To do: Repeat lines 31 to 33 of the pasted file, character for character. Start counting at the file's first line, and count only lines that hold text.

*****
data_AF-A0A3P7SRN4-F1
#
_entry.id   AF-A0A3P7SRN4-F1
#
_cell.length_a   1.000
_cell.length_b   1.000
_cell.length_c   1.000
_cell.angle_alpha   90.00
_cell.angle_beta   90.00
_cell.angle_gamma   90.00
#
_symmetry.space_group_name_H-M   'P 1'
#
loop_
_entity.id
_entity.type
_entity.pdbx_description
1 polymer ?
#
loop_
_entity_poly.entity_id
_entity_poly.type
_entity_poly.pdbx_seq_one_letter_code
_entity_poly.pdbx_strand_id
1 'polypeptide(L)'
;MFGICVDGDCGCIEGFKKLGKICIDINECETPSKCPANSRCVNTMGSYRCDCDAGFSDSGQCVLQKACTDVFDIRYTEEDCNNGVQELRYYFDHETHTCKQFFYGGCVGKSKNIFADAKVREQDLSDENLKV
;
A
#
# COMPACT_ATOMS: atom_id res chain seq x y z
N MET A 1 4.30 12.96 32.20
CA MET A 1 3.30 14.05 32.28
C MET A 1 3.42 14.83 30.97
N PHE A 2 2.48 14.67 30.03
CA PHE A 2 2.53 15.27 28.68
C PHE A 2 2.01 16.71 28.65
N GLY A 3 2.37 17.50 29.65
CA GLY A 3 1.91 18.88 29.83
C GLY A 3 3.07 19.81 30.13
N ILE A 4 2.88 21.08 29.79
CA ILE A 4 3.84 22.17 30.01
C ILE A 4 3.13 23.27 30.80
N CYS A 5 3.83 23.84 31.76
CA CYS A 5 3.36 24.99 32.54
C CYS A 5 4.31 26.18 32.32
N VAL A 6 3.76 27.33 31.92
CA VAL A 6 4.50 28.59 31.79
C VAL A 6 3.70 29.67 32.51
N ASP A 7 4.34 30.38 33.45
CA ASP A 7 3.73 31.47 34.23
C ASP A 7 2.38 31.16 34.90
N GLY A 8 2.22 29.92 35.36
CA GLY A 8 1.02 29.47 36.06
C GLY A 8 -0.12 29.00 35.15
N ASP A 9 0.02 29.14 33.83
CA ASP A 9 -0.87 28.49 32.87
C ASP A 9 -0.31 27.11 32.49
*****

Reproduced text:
N MET A 1 4.30 12.96 32.20
CA MET A 1 3.30 14.05 32.28
C MET A 1 3.42 14.83 30.97